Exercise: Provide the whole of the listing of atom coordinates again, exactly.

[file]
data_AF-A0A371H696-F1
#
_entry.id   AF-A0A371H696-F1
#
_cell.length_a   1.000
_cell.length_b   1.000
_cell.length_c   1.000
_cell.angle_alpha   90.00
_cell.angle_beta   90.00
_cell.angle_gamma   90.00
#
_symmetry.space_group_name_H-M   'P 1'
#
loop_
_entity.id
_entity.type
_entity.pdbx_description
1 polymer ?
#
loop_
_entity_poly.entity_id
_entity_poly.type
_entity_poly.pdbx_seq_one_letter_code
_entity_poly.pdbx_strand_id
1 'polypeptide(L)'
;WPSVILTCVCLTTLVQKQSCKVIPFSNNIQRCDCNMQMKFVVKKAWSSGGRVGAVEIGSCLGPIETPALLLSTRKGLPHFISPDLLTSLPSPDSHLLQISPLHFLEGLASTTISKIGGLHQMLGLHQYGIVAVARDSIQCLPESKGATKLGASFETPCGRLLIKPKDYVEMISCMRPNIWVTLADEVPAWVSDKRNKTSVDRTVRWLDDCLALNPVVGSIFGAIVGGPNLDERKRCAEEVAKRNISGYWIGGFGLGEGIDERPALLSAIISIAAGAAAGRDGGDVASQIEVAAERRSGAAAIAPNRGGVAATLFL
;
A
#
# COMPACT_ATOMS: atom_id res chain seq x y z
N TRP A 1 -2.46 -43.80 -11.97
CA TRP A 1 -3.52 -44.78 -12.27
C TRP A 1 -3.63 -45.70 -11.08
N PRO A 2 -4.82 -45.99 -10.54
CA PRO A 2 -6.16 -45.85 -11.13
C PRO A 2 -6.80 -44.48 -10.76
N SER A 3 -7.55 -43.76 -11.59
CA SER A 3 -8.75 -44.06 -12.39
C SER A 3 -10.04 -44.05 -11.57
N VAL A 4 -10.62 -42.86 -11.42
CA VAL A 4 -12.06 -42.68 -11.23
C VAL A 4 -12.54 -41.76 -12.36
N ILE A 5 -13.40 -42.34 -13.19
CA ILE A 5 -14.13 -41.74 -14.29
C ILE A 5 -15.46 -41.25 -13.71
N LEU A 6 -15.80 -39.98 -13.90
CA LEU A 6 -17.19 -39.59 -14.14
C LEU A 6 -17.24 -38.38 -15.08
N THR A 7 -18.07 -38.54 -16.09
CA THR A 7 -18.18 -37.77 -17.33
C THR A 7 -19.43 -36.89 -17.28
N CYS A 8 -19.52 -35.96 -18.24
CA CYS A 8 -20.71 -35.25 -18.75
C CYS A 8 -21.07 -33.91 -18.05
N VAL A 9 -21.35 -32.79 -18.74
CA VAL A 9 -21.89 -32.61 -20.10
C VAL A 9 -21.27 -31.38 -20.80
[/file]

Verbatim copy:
data_AF-A0A371H696-F1
#
_entry.id   AF-A0A371H696-F1
#
_cell.length_a   1.000
_cell.length_b   1.000
_cell.length_c   1.000
_cell.angle_alpha   90.00
_cell.angle_beta   90.00
_cell.angle_gamma   90.00
#
_symmetry.space_group_name_H-M   'P 1'
#
loop_
_entity.id
_entity.type
_entity.pdbx_description
1 polymer ?
#
loop_
_entity_poly.entity_id
_entity_poly.type
_entity_poly.pdbx_seq_one_letter_code
_entity_poly.pdbx_strand_id
1 'polypeptide(L)'
;WPSVILTCVCLTTLVQKQSCKVIPFSNNIQRCDCNMQMKFVVKKAWSSGGRVGAVEIGSCLGPIETPALLLSTRKGLPHFISPDLLTSLPSPDSHLLQISPLHFLEGLASTTISKIGGLHQMLGLHQYGIVAVARDSIQCLPESKGATKLGASFETPCGRLLIKPKDYVEMISCMRPNIWVTLADEVPAWVSDKRNKTSVDRTVRWLDDCLALNPVVGSIFGAIVGGPNLDERKRCAEEVAKRNISGYWIGGFGLGEGIDERPALLSAIISIAAGAAAGRDGGDVASQIEVAAERRSGAAAIAPNRGGVAATLFL
;
A
#
# COMPACT_ATOMS: atom_id res chain seq x y z
N TRP A 1 -2.46 -43.80 -11.97
CA TRP A 1 -3.52 -44.78 -12.27
C TRP A 1 -3.63 -45.70 -11.08
N PRO A 2 -4.82 -45.99 -10.54
CA PRO A 2 -6.16 -45.85 -11.13
C PRO A 2 -6.80 -44.48 -10.76
N SER A 3 -7.55 -43.76 -11.59
CA SER A 3 -8.75 -44.06 -12.39
C SER A 3 -10.04 -44.05 -11.57
N VAL A 4 -10.62 -42.86 -11.42
CA VAL A 4 -12.06 -42.68 -11.23
C VAL A 4 -12.54 -41.76 -12.36
N ILE A 5 -13.40 -42.34 -13.19
CA ILE A 5 -14.13 -41.74 -14.29
C ILE A 5 -15.46 -41.25 -13.71
N LEU A 6 -15.80 -39.98 -13.90
CA LEU A 6 -17.19 -39.59 -14.14
C LEU A 6 -17.24 -38.38 -15.08
N THR A 7 -18.07 -38.54 -16.09
CA THR A 7 -18.18 -37.77 -17.33
C THR A 7 -19.43 -36.89 -17.28
N CYS A 8 -19.52 -35.96 -18.24
CA CYS A 8 -20.71 -35.25 -18.75
C CYS A 8 -21.07 -33.91 -18.05
N VAL A 9 -21.35 -32.79 -18.74
CA VAL A 9 -21.89 -32.61 -20.10
C VAL A 9 -21.27 -31.38 -20.80